ISRI on E-Waste

Stephen Ursery, Editor, Waste Age Magazine

August 1, 2005

1 Min Read
ISRI on E-Waste

THE INSTITUTE OF SCRAP Recycling Industries Inc. (ISRI), Washington, has adopted an electronics recycling policy that calls for ending advanced recycling fees and manufacturers' financial responsibility for recycling as soon as possible. Instead, the policy calls for legislation that “promotes a market-based, sustainable recycling infrastructure and facilitates the recycling of electronics in an environmentally sound manner.”

According to ISRI, attempts to stimulate the recycling of e-waste through advanced recycling fees or making manufacturers financially responsible for the process interrupt the long-term development of a sustainable e-recycling infrastructure.

However, the policy statement acknowledges “in some very limited circumstances, the ability to wait for market forces to drive the recycling of certain materials, such as electronics, is limited, and hence financial drivers may be necessary to stimulate the recycling of these materials.” In those circumstances, ISRI says, holding the manufacturers of electronics financially responsible for the recycling of their products should be the first option, followed by the imposition of advanced recycling fees on consumers.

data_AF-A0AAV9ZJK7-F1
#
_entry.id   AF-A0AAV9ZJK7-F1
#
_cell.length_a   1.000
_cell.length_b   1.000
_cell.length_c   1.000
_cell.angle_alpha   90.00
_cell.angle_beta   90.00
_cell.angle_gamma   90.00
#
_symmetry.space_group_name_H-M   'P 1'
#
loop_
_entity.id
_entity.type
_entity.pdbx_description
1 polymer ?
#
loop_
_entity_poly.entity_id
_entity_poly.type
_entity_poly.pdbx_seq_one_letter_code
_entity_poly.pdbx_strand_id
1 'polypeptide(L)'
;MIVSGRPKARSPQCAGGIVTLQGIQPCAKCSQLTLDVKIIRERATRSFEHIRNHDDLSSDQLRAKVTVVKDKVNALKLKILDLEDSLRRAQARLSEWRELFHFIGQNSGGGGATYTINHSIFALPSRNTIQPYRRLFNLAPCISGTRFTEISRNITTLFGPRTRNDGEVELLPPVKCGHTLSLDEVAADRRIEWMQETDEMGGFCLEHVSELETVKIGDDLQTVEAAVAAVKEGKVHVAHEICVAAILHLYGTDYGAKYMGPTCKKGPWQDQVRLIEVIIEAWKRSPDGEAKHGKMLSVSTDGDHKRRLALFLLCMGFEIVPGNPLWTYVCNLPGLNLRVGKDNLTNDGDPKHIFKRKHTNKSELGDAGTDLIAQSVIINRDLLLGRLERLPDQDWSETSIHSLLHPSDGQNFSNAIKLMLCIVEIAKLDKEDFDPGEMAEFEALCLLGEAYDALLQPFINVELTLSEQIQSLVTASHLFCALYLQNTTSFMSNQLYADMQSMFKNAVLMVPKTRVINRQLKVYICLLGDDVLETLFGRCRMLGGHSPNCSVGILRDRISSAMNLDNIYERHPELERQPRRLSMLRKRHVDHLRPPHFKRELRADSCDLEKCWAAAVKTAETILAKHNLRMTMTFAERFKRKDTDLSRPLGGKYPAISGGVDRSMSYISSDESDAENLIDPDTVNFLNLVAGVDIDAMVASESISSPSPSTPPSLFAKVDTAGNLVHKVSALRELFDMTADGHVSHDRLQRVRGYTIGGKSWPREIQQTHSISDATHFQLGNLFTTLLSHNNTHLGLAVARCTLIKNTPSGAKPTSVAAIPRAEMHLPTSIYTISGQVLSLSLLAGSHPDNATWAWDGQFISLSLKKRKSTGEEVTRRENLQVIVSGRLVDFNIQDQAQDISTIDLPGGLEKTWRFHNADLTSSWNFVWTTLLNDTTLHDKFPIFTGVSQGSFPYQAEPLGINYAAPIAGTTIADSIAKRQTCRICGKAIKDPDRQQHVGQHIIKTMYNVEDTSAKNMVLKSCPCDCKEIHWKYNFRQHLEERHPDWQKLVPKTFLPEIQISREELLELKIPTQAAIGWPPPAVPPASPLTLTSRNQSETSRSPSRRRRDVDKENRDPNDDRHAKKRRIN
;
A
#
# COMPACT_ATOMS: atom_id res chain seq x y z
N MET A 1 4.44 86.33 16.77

ISRI also advocates legislation that requires manufacturers to make products that can be safely recycled. ISRI's staff members will visit with state and federal legislators to introduce the policy. To view it, visit

Maryland, California and Maine require consumers or manufacturers to pay fees to defray e-recycling costs. Meanwhile, several bills aimed at creating a national e-waste recycling system have been introduced in Congress.

About the Author(s)

Stephen Ursery

Editor, Waste Age Magazine, Waste360

Stephen Ursery is the editor of Waste Age magazine. During his time as editor, Waste Age has won more than 20 national and regional awards. He has worked for Penton Media since August 1999. Before joining Waste Age as the magazine's managing editor, he was an associate editor for American City & County and for National Real Estate Investor.

Prior to joining Penton, Stephen worked as a reporter for The Marietta Daily Journal and The Fulton County Daily Report, both of which are located in metro Atlanta.

Stephen earned a BA in History from Rhodes College in Memphis, Tenn.

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